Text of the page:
The Bolsheviks leadership, together with some Left Socialist Revolutionaries and anarchists, did much of the organisational work through the Military Revolutionary Committee. However, the Bolshevik leadership – Lenin from a disctance, Troksky on the scene itself – led the operation. It was the Bolsheviks which were in charge – but they made there move in the knowledge that their slogan – ‘All Power to the Soviets”- had majority working class support. In the All-Russian congress of Soviets, in session while the insurretion unfolded, a majority accepted the Bolshevik proposal to form a government made of Bolsheviks. Thse whole thing had aspects of a coup d’etat. But it was much more: a tide of working class revolt that had first overthrew Czarism , had now led to the overthrow of the provisional government as well. Workers’ and soldiers’ councils were in charge. Or were they?

There was a contradiction from Day One. By having their leaders elected in a government – even of it as called a Council of People’s Commissars – the Bolshevik party created an instutite that stood, in a rea sense, above the soviets. Yes, it was responsible towards the soviets, it reported back etcetera. But the relationship between soviets and government was not unlike the relationship between a government and a parliament in bourgeois democracy: in practice, the government has enormous leeway, the parliament is not in charge. Neither were, within months after the October revolution, the soviets.

Yes, 1917 saw a working class revolution. But the outcome was contradictory: a extention of soviet power, at first encouraged by the Bolshevik leadership; but at the same time, the construction of  a state power above the soviets,  instigated by that same Bolshevik leadership. That is: the Bolsheviks did not unequivocally bring the soviets to power. They brought themselves to power, on the basis of a soviet majority. That is not quite the same thing.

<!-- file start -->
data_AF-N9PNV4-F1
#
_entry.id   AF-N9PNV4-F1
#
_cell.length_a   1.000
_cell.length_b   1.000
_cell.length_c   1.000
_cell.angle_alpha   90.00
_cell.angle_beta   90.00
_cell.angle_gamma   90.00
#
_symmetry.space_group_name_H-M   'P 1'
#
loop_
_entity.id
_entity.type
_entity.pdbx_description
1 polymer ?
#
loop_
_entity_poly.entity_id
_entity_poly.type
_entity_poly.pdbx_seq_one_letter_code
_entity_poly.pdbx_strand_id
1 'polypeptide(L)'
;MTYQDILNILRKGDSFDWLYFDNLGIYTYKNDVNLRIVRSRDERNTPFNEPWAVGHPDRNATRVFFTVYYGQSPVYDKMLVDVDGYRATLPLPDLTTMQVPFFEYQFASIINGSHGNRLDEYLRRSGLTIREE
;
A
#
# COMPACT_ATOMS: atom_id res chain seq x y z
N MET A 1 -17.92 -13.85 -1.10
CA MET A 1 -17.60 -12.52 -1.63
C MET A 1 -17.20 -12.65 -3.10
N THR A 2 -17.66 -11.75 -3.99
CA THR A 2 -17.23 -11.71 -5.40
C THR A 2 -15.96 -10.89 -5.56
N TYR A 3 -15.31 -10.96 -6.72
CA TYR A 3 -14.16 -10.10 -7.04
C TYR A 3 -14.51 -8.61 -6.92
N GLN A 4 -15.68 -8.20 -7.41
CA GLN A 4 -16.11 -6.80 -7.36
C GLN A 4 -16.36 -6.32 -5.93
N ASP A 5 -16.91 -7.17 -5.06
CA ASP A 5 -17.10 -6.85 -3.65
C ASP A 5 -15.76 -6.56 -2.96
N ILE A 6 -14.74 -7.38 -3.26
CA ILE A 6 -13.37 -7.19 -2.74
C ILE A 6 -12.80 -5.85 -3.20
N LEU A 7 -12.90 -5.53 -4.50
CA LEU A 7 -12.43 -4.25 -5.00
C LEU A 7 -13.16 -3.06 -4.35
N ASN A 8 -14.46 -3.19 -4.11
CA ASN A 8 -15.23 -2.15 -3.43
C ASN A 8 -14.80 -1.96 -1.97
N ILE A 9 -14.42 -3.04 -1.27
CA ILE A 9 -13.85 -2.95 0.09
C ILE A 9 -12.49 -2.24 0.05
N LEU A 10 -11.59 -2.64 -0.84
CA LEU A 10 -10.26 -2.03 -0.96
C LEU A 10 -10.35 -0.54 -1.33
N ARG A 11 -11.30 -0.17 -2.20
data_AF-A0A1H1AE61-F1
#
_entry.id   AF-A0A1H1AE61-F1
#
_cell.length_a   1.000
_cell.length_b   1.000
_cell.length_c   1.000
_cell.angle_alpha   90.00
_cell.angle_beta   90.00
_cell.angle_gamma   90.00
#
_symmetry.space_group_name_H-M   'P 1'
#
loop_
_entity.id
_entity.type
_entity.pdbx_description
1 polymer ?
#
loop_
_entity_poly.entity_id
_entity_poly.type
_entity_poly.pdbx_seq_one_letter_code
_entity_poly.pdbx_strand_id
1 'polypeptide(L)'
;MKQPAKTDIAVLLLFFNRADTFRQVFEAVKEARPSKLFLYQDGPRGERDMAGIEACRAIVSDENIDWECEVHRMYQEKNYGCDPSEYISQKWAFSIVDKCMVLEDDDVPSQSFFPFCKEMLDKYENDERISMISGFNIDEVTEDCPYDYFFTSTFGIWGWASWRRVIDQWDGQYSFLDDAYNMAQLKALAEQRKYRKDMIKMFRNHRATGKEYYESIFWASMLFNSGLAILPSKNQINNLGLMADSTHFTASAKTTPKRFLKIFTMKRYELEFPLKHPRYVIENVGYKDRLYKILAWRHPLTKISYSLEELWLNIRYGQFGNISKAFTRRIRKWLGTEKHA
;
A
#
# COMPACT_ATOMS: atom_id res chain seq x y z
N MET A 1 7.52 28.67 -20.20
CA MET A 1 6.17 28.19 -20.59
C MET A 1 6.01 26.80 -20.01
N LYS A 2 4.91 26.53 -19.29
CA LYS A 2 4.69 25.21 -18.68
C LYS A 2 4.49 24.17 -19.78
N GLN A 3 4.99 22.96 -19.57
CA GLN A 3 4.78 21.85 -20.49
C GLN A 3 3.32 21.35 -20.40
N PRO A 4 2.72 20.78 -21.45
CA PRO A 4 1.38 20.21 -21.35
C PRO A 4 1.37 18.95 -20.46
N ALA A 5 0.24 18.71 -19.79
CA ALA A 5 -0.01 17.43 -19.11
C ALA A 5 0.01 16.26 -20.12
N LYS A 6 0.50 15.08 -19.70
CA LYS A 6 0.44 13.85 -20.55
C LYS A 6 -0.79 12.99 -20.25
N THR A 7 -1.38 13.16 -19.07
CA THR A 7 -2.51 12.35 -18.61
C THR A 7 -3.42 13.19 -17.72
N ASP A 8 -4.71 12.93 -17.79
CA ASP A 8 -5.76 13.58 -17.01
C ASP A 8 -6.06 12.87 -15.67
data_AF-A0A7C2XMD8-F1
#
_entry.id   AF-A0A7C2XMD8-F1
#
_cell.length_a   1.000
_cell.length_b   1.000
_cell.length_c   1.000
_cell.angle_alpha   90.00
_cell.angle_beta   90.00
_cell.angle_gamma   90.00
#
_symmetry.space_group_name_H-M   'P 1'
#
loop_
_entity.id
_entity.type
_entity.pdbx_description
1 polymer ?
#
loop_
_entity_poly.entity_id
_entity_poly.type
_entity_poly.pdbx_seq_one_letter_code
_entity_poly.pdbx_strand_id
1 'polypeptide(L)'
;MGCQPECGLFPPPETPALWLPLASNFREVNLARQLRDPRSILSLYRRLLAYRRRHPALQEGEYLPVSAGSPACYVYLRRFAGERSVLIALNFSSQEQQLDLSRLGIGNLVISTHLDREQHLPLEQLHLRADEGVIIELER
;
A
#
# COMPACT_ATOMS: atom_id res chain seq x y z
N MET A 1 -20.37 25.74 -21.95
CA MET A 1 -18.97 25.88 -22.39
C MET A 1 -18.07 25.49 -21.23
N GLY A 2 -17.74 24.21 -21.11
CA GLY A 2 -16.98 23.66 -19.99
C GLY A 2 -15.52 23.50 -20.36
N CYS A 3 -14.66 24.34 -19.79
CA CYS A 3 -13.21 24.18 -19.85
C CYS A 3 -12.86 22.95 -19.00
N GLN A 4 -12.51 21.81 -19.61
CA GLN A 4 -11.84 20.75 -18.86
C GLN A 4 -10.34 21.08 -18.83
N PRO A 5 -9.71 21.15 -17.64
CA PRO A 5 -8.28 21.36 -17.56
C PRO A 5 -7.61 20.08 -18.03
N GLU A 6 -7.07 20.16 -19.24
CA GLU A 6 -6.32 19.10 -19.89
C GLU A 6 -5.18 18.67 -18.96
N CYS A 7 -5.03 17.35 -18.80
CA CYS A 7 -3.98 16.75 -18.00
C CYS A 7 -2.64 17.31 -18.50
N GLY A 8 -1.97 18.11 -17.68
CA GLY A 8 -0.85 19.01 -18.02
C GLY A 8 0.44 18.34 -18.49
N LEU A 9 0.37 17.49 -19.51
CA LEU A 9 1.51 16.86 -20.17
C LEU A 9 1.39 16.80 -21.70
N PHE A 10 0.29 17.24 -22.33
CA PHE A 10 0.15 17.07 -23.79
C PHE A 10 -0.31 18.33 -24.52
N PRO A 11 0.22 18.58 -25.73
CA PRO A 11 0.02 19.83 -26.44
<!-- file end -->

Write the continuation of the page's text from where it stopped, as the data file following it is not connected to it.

One could say that this new state was legitimate, because its leaders were elected in that government by the soviet congress. However, that is only valid as long as such a congress, or the Executive Comittee elected by such a congress,  was, and remained, in the position toe replace the government – and as long as workers and peasants could elect end replace their delegates when and if they chose to do so. That proved an illusion in the years that followed.

And even then, its validity is rather limited for those who take the slogan “All Power to the Soveits’ seriously. As soon as soviets tolerate a government with extensive powers above them, power has in essential respects shifted from the soviets to that government. In that situation, the councils may give the government legitimacy, they can influence the direction of government policy. But the councils in such a situation, were not in charge. There was partial soviet power in Russia after the October revolution. But “All Power to the Soviets?” Not exactly.

Referring to the points in whicht I summarised the Trotskyist analysis in my earlier article: point one – Russia experienced a workers’ revolution – stands. Point  two – the Bolsheviks led the working class to soviet power – in a very real sense does not.

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One Response to “The Russian experience, 1917-1929: (1): the revolution itself”

  1. The Russian experience, 1917-1929 (2): 1917-1918 « RedRebelRanter Says:

    […] (this is the third part of a series. Earlier articles appeared on February 19 and April 18). […]